A couple of years ago, one of our clients made an investment. They bought 51% of a movie studio (sorry, we can't say which one). About 6 months after the money changed hands, our client managed to partner with Sony, who then showed interest in acquiring the company for well north of $100m.

The only issue was that the founders had decided that they were in a good position to get more money--after all, they still had the intellectual property including the passwords and the servers doing the rendering were under their control.

On a Sunday night, we got a call asking if we could pay the company a visit in LA to survey the assets. We went down on Monday, and got the lay of the land. On Tuesday, we went back, and did risk management survey.

On Wednesday, we reviewed the articles of incorporation, confirmed the ownership of the company with the CFO, talked to the board, put indemnification and release of liability agreements in place, and agreed on a course of action.

On Thursday night at 8pm, we had dinner then walked to the police station (a block away). We let them know that we'd be working on their security systems ("don't worry if you hear the alarms briefly as we'll be testing."). At 10pm, the CFO let us into the building, and we began the process of taking over the company.

We started with the video surveillance system. We took a picture of the server room from the camera's perspective, then we put the jpeg of the room on a laptop and duct-taped the laptop in front of the camera, so the camera was broadcasting the still of the room back to the founder's house. At this point, we could work without being watched.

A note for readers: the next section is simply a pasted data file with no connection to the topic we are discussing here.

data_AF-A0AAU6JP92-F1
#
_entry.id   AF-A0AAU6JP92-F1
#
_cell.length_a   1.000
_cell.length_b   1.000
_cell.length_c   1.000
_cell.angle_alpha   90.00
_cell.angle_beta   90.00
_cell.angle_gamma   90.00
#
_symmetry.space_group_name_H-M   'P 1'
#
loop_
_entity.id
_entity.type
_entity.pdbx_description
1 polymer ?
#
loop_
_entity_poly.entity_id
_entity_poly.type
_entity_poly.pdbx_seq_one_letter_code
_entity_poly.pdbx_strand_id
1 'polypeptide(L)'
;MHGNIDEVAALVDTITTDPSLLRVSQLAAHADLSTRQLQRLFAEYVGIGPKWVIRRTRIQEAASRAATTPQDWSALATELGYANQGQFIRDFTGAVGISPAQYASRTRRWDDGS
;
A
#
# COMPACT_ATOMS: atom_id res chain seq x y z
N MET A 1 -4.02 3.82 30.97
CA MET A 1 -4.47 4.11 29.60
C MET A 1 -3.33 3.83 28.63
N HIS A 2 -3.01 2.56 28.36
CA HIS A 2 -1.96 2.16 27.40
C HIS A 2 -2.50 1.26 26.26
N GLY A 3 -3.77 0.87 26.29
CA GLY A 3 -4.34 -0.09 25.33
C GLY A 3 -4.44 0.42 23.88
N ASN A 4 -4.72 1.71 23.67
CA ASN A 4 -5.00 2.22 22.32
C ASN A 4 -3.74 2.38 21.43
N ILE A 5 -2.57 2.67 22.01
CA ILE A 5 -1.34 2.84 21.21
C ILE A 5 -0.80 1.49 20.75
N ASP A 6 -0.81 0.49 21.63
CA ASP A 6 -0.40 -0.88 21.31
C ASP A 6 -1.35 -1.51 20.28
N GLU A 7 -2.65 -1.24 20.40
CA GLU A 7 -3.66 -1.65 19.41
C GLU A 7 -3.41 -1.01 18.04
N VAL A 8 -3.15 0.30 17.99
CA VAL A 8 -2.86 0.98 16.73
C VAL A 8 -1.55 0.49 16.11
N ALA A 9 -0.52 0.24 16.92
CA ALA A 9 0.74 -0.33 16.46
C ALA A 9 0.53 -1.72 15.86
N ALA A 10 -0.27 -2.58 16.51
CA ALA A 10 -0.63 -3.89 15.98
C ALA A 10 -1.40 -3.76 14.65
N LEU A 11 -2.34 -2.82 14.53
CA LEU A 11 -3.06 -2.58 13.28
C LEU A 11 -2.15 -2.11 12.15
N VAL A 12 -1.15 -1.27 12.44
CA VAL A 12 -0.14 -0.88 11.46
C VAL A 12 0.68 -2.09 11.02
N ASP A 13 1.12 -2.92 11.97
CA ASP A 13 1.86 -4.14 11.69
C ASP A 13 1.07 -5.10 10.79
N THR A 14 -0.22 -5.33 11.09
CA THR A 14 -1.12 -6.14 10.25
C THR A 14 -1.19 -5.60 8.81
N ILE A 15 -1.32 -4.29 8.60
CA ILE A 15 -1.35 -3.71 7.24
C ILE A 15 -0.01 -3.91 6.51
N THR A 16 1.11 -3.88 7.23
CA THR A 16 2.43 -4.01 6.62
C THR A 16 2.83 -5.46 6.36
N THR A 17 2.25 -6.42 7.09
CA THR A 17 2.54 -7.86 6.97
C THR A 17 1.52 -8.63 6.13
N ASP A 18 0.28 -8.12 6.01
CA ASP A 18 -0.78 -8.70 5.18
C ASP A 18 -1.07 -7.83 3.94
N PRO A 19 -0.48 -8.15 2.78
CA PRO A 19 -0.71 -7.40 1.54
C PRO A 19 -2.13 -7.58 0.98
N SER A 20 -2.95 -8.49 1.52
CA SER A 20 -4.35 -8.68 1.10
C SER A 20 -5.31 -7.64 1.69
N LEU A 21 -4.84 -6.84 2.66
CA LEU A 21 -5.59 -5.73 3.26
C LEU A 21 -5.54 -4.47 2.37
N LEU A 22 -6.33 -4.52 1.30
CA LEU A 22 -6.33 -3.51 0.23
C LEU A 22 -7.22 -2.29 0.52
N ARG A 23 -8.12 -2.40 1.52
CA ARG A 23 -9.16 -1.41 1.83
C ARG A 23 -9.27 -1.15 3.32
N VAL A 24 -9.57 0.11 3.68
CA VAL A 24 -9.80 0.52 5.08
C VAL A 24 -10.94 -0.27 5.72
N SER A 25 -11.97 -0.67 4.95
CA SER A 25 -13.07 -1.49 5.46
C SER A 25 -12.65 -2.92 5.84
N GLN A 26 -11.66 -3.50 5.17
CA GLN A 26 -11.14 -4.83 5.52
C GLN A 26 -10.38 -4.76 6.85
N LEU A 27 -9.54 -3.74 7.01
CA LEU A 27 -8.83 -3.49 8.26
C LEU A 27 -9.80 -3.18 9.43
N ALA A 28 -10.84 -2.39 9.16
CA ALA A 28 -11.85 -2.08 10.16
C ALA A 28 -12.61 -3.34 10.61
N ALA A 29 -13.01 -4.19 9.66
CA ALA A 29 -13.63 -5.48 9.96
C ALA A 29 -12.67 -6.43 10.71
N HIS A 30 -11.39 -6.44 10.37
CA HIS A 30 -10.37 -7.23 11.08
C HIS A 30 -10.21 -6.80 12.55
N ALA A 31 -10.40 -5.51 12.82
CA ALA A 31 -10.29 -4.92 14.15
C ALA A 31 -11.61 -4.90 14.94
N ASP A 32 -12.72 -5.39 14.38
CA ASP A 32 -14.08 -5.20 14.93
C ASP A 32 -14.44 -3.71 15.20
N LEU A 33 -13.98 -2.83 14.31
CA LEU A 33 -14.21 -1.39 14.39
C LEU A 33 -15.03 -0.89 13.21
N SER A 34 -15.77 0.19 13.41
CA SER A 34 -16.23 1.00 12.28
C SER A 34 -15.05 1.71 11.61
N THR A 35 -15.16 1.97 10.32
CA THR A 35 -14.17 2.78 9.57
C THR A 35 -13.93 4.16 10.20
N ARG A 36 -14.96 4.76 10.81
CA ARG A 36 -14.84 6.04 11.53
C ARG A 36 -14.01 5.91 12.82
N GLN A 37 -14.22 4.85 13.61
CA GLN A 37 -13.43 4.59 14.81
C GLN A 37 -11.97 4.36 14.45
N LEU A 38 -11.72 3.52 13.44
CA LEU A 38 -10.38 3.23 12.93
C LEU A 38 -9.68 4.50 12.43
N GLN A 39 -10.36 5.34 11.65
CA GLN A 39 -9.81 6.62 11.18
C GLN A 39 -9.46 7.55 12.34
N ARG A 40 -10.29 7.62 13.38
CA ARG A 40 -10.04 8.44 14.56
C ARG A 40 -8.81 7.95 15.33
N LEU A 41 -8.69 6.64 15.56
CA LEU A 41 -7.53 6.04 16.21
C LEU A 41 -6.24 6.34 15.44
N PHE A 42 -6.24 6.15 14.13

Next we moved to the firewall, the routers, and the switches. We exploited unpatched vulnerabilities in each. Within an hour, we had compromised them all. (Knowing the brand of firewall and router on Tuesday had helped speed this process.) By midnight, we had control of all of the network equipment, but we did not yet own any of the servers.

We had earlier managed to compromise the receptionist's workstation, then used a brute force attack to gain elevated access to the servers. Once we had that, it took us about 3 1/2 hours (and a little social engineering) to get the domain administrator password (without rebooting any of the rendering servers, as they were earning $1m/day). By 3:30am, we had control of almost everything.

At about 4am, we secured the servers and network devices at their subsidiary in Germany (which was a little tricky as the Germans were already at work).

Finally, we took over their security and card access systems. For good measure, we also secured the fire suppression system and the garage door system. We finished up at about 5:15am.

When the first founder (CEO) showed up about an hour later, we walked him into a conference room where the board was waiting to talk to him. The second founder (CTO) was terminated on the spot. The CEO realized that he had overplayed his hand, and apologized, and agreed to play by the rules. The company has done very well since that time.

Like all of our clients, the board was extremely pleased with the outcome.

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